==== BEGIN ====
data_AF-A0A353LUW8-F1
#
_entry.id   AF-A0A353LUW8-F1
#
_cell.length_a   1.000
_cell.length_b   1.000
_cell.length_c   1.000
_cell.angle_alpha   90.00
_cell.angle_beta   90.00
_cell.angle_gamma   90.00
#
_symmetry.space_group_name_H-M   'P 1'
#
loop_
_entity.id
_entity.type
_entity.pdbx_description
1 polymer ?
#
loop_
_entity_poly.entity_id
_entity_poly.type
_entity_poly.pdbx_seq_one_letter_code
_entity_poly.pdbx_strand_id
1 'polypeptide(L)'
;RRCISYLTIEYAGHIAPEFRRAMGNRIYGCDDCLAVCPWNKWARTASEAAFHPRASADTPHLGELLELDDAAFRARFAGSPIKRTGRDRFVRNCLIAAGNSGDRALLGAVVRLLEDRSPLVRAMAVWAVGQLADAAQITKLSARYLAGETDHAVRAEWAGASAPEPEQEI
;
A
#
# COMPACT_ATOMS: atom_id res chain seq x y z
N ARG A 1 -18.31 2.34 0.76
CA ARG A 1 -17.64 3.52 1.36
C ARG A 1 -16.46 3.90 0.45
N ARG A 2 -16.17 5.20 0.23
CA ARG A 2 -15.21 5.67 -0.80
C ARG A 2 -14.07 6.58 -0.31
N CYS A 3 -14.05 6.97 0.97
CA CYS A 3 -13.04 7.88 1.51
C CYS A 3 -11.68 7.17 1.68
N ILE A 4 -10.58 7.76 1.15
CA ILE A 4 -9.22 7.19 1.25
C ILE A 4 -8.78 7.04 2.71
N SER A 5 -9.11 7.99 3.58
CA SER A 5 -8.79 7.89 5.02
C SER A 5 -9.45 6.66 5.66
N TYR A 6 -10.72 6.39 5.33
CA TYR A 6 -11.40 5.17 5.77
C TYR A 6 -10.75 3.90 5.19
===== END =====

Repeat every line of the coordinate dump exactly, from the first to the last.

data_AF-A0A353LUW8-F1
#
_entry.id   AF-A0A353LUW8-F1
#
_cell.length_a   1.000
_cell.length_b   1.000
_cell.length_c   1.000
_cell.angle_alpha   90.00
_cell.angle_beta   90.00
_cell.angle_gamma   90.00
#
_symmetry.space_group_name_H-M   'P 1'
#
loop_
_entity.id
_entity.type
_entity.pdbx_description
1 polymer ?
#
loop_
_entity_poly.entity_id
_entity_poly.type
_entity_poly.pdbx_seq_one_letter_code
_entity_poly.pdbx_strand_id
1 'polypeptide(L)'
;RRCISYLTIEYAGHIAPEFRRAMGNRIYGCDDCLAVCPWNKWARTASEAAFHPRASADTPHLGELLELDDAAFRARFAGSPIKRTGRDRFVRNCLIAAGNSGDRALLGAVVRLLEDRSPLVRAMAVWAVGQLADAAQITKLSARYLAGETDHAVRAEWAGASAPEPEQEI
;
A
#
# COMPACT_ATOMS: atom_id res chain seq x y z
N ARG A 1 -18.31 2.34 0.76
CA ARG A 1 -17.64 3.52 1.36
C ARG A 1 -16.46 3.90 0.45
N ARG A 2 -16.17 5.20 0.23
CA ARG A 2 -15.21 5.67 -0.80
C ARG A 2 -14.07 6.58 -0.31
N CYS A 3 -14.05 6.97 0.97
CA CYS A 3 -13.04 7.88 1.51
C CYS A 3 -11.68 7.17 1.68
N ILE A 4 -10.58 7.76 1.15
CA ILE A 4 -9.22 7.19 1.25
C ILE A 4 -8.78 7.04 2.71
N SER A 5 -9.11 7.99 3.58
CA SER A 5 -8.79 7.89 5.02
C SER A 5 -9.45 6.66 5.66
N TYR A 6 -10.72 6.39 5.33
CA TYR A 6 -11.40 5.17 5.77
C TYR A 6 -10.75 3.90 5.19